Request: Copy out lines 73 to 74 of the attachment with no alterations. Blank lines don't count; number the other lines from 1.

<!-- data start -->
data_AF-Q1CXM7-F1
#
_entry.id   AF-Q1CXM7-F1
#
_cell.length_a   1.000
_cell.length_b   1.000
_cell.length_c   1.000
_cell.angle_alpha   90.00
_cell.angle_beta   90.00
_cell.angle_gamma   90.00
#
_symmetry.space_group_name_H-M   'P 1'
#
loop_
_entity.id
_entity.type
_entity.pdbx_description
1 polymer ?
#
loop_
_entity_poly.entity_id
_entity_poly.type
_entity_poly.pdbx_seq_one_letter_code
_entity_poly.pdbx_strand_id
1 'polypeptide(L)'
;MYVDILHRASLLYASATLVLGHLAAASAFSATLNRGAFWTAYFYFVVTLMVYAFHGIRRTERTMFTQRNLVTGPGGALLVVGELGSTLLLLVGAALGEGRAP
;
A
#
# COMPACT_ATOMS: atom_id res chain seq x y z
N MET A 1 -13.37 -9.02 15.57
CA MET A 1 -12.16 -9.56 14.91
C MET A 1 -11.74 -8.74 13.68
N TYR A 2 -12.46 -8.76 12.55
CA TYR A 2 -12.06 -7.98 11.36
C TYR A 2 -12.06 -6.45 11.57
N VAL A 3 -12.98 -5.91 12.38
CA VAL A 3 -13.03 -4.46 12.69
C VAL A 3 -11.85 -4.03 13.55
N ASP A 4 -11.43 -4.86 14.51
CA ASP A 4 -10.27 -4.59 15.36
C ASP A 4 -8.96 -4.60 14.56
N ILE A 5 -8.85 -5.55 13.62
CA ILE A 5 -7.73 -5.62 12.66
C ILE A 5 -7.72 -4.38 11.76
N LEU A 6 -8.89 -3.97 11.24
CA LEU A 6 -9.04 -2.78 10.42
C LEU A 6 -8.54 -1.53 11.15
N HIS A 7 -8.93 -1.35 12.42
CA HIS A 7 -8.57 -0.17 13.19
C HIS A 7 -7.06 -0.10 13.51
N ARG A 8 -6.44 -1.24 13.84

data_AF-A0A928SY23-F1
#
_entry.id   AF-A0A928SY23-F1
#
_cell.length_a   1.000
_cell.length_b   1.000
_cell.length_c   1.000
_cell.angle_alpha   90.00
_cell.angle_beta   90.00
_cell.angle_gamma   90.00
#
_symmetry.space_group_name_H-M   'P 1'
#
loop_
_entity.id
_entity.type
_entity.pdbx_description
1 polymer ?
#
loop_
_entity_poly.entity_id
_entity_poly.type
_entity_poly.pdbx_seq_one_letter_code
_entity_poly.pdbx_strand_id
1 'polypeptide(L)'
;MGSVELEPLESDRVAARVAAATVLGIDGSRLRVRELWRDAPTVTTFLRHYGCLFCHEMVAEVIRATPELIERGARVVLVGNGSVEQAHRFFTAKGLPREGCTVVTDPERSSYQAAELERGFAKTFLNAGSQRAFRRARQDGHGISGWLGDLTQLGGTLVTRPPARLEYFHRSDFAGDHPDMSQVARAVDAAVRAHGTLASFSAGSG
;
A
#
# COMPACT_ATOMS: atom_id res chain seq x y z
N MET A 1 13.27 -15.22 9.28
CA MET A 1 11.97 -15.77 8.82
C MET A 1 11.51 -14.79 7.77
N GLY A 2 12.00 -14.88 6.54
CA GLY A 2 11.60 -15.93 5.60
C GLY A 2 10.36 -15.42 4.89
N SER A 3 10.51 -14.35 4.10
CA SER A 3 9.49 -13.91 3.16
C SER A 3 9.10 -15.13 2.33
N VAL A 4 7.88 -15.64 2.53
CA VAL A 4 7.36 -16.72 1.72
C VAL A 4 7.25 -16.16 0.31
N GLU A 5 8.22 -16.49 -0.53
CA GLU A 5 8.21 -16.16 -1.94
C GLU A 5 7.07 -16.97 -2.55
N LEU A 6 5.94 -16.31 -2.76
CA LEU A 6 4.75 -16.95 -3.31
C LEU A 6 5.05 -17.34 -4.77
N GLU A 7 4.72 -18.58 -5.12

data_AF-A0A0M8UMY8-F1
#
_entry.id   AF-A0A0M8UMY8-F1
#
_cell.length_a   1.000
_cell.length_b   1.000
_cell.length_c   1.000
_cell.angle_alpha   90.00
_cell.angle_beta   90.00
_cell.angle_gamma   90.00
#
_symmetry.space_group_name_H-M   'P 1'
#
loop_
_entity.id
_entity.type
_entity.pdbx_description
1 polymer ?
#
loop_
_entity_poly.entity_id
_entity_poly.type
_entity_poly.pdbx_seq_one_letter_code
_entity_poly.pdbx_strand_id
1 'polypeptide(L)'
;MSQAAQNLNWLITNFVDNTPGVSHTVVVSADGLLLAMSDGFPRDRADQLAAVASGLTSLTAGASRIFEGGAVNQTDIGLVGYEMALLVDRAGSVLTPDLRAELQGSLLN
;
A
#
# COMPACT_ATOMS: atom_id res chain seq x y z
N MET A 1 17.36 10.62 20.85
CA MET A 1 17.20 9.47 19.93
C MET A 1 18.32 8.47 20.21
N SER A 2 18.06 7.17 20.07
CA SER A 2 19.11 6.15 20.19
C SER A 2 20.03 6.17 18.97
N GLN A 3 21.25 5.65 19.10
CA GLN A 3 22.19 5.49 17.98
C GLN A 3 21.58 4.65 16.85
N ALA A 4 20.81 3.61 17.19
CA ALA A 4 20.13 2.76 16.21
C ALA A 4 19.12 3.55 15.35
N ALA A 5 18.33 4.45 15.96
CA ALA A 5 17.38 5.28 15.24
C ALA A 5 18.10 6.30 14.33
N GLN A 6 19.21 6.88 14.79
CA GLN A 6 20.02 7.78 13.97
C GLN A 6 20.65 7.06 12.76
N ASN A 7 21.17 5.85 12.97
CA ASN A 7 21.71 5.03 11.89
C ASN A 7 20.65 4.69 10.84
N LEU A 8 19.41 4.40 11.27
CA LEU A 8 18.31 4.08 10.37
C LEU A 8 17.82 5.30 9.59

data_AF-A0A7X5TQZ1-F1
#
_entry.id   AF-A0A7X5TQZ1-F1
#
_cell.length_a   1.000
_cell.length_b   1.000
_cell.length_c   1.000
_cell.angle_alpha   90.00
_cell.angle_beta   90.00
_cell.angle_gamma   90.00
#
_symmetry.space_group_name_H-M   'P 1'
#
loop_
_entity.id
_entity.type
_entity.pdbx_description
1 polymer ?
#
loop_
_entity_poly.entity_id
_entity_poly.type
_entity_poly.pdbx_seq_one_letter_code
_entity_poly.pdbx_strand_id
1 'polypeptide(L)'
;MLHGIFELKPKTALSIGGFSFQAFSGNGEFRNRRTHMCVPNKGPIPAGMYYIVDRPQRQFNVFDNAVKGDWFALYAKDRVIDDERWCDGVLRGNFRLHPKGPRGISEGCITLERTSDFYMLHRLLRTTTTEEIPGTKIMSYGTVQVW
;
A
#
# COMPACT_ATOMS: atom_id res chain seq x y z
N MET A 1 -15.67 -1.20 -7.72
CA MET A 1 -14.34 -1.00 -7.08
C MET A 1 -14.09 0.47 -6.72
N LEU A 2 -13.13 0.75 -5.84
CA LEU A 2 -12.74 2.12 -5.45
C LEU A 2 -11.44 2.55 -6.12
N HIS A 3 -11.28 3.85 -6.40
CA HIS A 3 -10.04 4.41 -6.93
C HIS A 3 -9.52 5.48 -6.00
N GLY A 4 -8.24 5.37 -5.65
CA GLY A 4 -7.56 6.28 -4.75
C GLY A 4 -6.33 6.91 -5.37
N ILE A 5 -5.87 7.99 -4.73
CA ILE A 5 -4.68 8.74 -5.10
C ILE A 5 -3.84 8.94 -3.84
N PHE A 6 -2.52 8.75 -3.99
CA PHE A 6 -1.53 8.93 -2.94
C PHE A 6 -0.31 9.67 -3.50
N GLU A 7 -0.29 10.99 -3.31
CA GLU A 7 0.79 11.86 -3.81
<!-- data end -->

_entity_poly.entity_id
_entity_poly.type